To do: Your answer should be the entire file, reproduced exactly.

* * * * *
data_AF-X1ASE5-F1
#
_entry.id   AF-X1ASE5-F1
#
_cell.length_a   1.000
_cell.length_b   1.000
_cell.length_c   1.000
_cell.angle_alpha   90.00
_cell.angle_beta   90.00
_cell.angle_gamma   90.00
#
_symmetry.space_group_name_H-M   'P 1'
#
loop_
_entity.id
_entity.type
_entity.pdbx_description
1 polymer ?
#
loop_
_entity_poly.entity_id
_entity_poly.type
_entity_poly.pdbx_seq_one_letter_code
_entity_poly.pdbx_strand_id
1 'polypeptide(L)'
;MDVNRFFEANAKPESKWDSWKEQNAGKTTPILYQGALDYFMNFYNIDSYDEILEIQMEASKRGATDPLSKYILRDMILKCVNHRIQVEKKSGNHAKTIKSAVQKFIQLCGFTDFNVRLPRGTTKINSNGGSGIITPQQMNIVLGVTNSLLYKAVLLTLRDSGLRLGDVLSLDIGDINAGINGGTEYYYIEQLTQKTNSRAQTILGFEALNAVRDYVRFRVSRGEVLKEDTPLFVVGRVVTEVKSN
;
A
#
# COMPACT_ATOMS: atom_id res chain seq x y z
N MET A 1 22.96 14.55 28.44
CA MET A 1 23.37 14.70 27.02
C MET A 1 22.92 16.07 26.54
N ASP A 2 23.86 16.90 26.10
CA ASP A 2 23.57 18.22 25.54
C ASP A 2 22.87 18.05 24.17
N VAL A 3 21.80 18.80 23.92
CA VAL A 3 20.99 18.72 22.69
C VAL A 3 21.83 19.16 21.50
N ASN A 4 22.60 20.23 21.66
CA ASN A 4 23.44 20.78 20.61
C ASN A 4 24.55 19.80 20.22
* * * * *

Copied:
data_AF-X1ASE5-F1
#
_entry.id   AF-X1ASE5-F1
#
_cell.length_a   1.000
_cell.length_b   1.000
_cell.length_c   1.000
_cell.angle_alpha   90.00
_cell.angle_beta   90.00
_cell.angle_gamma   90.00
#
_symmetry.space_group_name_H-M   'P 1'
#
loop_
_entity.id
_entity.type
_entity.pdbx_description
1 polymer ?
#
loop_
_entity_poly.entity_id
_entity_poly.type
_entity_poly.pdbx_seq_one_letter_code
_entity_poly.pdbx_strand_id
1 'polypeptide(L)'
;MDVNRFFEANAKPESKWDSWKEQNAGKTTPILYQGALDYFMNFYNIDSYDEILEIQMEASKRGATDPLSKYILRDMILKCVNHRIQVEKKSGNHAKTIKSAVQKFIQLCGFTDFNVRLPRGTTKINSNGGSGIITPQQMNIVLGVTNSLLYKAVLLTLRDSGLRLGDVLSLDIGDINAGINGGTEYYYIEQLTQKTNSRAQTILGFEALNAVRDYVRFRVSRGEVLKEDTPLFVVGRVVTEVKSN
;
A
#
# COMPACT_ATOMS: atom_id res chain seq x y z
N MET A 1 22.96 14.55 28.44
CA MET A 1 23.37 14.70 27.02
C MET A 1 22.92 16.07 26.54
N ASP A 2 23.86 16.90 26.10
CA ASP A 2 23.57 18.22 25.54
C ASP A 2 22.87 18.05 24.17
N VAL A 3 21.80 18.80 23.92
CA VAL A 3 20.99 18.72 22.69
C VAL A 3 21.83 19.16 21.50
N ASN A 4 22.60 20.23 21.66
CA ASN A 4 23.44 20.78 20.61
C ASN A 4 24.55 19.80 20.22